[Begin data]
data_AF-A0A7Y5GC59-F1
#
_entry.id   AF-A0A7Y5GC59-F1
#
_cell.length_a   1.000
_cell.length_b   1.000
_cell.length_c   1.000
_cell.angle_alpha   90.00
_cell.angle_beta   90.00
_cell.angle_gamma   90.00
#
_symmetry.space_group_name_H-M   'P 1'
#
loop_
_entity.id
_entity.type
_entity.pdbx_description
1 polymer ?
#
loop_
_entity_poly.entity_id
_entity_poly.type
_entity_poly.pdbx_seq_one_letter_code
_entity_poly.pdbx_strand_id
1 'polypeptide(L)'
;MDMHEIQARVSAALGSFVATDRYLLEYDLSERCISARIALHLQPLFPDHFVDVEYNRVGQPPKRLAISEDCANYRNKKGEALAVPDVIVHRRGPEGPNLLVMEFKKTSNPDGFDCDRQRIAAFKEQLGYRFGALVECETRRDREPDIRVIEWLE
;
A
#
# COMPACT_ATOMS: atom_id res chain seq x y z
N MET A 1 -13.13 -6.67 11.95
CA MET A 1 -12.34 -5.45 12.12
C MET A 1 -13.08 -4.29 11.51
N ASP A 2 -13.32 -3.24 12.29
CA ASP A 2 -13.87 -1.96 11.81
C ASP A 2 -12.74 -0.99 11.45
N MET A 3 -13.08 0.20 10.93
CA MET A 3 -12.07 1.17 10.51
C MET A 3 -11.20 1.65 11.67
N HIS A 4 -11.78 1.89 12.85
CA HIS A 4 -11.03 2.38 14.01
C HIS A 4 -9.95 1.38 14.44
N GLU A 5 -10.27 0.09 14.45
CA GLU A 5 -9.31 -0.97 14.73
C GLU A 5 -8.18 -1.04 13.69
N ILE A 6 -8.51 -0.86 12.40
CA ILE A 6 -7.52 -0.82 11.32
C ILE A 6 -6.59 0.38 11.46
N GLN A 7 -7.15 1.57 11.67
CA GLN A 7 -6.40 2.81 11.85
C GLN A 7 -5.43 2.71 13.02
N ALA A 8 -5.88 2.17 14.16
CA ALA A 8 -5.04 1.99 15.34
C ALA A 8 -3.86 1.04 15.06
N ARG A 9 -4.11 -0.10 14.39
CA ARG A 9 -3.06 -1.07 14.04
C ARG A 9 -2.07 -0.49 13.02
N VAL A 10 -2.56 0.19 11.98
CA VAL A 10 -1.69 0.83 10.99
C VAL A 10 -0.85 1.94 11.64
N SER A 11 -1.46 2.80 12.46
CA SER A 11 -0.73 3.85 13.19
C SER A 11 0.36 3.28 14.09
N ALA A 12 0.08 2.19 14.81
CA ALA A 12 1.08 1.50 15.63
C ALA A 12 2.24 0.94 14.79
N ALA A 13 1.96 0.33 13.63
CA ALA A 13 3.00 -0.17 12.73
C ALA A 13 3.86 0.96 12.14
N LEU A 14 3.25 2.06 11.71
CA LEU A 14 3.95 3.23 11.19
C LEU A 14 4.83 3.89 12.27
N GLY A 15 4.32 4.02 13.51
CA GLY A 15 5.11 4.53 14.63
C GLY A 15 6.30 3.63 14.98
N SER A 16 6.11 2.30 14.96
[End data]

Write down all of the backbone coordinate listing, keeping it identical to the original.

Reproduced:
data_AF-A0A7Y5GC59-F1
#
_entry.id   AF-A0A7Y5GC59-F1
#
_cell.length_a   1.000
_cell.length_b   1.000
_cell.length_c   1.000
_cell.angle_alpha   90.00
_cell.angle_beta   90.00
_cell.angle_gamma   90.00
#
_symmetry.space_group_name_H-M   'P 1'
#
loop_
_entity.id
_entity.type
_entity.pdbx_description
1 polymer ?
#
loop_
_entity_poly.entity_id
_entity_poly.type
_entity_poly.pdbx_seq_one_letter_code
_entity_poly.pdbx_strand_id
1 'polypeptide(L)'
;MDMHEIQARVSAALGSFVATDRYLLEYDLSERCISARIALHLQPLFPDHFVDVEYNRVGQPPKRLAISEDCANYRNKKGEALAVPDVIVHRRGPEGPNLLVMEFKKTSNPDGFDCDRQRIAAFKEQLGYRFGALVECETRRDREPDIRVIEWLE
;
A
#
# COMPACT_ATOMS: atom_id res chain seq x y z
N MET A 1 -13.13 -6.67 11.95
CA MET A 1 -12.34 -5.45 12.12
C MET A 1 -13.08 -4.29 11.51
N ASP A 2 -13.32 -3.24 12.29
CA ASP A 2 -13.87 -1.96 11.81
C ASP A 2 -12.74 -0.99 11.45
N MET A 3 -13.08 0.20 10.93
CA MET A 3 -12.07 1.17 10.51
C MET A 3 -11.20 1.65 11.67
N HIS A 4 -11.78 1.89 12.85
CA HIS A 4 -11.03 2.38 14.01
C HIS A 4 -9.95 1.38 14.44
N GLU A 5 -10.27 0.09 14.45
CA GLU A 5 -9.31 -0.97 14.73
C GLU A 5 -8.18 -1.04 13.69
N ILE A 6 -8.51 -0.86 12.40
CA ILE A 6 -7.52 -0.82 11.32
C ILE A 6 -6.59 0.38 11.46
N GLN A 7 -7.15 1.57 11.67
CA GLN A 7 -6.40 2.81 11.85
C GLN A 7 -5.43 2.71 13.02
N ALA A 8 -5.88 2.17 14.16
CA ALA A 8 -5.04 1.99 15.34
C ALA A 8 -3.86 1.04 15.06
N ARG A 9 -4.11 -0.10 14.39
CA ARG A 9 -3.06 -1.07 14.04
C ARG A 9 -2.07 -0.49 13.02
N VAL A 10 -2.56 0.19 11.98
CA VAL A 10 -1.69 0.83 10.99
C VAL A 10 -0.85 1.94 11.64
N SER A 11 -1.46 2.80 12.46
CA SER A 11 -0.73 3.85 13.19
C SER A 11 0.36 3.28 14.09
N ALA A 12 0.08 2.19 14.81
CA ALA A 12 1.08 1.50 15.63
C ALA A 12 2.24 0.94 14.79
N ALA A 13 1.96 0.33 13.63
CA ALA A 13 3.00 -0.17 12.73
C ALA A 13 3.86 0.96 12.14
N LEU A 14 3.25 2.06 11.71
CA LEU A 14 3.95 3.23 11.19
C LEU A 14 4.83 3.89 12.27
N GLY A 15 4.32 4.02 13.51
CA GLY A 15 5.11 4.53 14.63
C GLY A 15 6.30 3.63 14.98
N SER A 16 6.11 2.30 14.96